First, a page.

What is ‘LCOE’ (and its Limitations)


Levelized Cost of Energy* (LCOE) is one of the most frequently-quoted metrics you’ll encounter in the business of power generation. As a result, it’s also one of the most widely misused and misinterpreted!

(*You may also find people using Electricity as the “E” in LCOE).

As the name suggests, LCOE is a metric to capture the cost of the energy produced by, for example, a power plant. So it will be quoted in units such as £ per MWh, cents per kWh or similar (i.e. some unit of money divided by energy).

It attempts to do so not simply based on short-term costs but on lifetime costs, which is important in providing a fair comparison between different sources of supply. In particular it can better compare different sources of supply with different cost structures: for example one with higher up-front cost but no fuel and minimal other operating costs (like solar PV) with one which may look cheaper to build but could incur large operating costs – particularly paying for fuel – for the next twenty years or more (such as gas).

So, in the video lesson, we’ll briefly describe what LCOE is (and – importantly – what it isn’t).

Immediately below the video, are some links to some additional, external sources of information on the subject, if you wish to explore further.

Then (in the next lesson) there’s also another simple calculator to help illustrate how sensitive LCOE can be to both the assumptions behind it and the method of calculation. (In the next section some simple questions are presented to help you do this).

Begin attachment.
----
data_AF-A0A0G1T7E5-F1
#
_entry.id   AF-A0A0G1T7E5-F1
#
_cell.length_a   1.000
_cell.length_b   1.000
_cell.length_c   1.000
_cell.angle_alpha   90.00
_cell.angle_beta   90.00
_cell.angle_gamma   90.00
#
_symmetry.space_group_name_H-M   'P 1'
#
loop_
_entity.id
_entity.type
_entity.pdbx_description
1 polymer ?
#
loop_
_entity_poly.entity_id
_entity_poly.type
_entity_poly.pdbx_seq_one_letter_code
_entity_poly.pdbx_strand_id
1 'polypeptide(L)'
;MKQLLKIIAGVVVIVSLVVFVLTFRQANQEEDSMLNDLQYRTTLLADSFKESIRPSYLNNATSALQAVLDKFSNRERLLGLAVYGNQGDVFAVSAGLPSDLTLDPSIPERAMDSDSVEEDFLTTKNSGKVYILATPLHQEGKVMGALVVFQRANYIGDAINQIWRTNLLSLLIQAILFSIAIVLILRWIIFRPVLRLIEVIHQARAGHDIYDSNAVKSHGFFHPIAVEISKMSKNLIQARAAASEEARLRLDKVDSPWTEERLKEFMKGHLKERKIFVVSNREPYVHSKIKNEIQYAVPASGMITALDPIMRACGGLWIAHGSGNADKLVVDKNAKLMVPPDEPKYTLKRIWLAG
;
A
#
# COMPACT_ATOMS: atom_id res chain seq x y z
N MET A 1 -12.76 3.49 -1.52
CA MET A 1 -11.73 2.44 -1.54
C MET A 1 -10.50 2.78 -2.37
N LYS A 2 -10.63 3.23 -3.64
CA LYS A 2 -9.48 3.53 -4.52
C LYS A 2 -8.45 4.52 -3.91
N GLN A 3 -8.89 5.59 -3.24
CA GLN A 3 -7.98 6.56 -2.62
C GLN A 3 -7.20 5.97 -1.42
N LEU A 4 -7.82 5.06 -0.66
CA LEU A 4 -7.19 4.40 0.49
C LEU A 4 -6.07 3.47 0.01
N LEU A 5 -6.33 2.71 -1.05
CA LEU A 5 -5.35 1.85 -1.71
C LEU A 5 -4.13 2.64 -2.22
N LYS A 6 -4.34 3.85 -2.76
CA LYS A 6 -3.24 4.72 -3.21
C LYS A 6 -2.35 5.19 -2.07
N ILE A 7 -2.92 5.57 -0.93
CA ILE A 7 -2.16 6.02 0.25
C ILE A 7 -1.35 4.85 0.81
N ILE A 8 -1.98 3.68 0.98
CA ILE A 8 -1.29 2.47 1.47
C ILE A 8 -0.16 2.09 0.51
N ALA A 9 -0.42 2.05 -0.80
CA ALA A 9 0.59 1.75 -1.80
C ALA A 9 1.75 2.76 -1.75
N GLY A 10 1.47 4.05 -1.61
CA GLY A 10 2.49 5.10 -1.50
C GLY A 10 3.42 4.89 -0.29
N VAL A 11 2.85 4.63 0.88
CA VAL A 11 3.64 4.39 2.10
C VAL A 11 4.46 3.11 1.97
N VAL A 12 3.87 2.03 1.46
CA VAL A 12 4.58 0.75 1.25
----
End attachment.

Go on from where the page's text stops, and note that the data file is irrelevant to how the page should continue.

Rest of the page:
References:

There are numerous publications and reports which include information on LCOE; both methods of calculation and example results. As new ones are published or discovered, they get added to the Grey Cells Energy Virtual Library, which we’d recommend accessing on a regular basis to check for additions.

I’ve also written about LCOE, including this article “10 Comments on LCOE” and this one, which models the sensitivity of solar PV energy costs to different variables.

(1) The source used for the equation to calculate leveraged LCOE (both in the video lesson and our own online calculator) can be found here, courtesy of Mercom Capital.

(2) Another online calculator for simple LCOE can be found here. Note that for thermal power generation sources, this includes the input of heat rate, a concept which we noted at the end of a previous lesson (on efficiency).

(3) Finally, it’s worth stressing the point that LCOE is just one metric that aims to say something about energy costs – but it is certainly not without criticisms or alternatives. One interesting alternative – LACE, levelized avoided cost of energy – is described and compared here.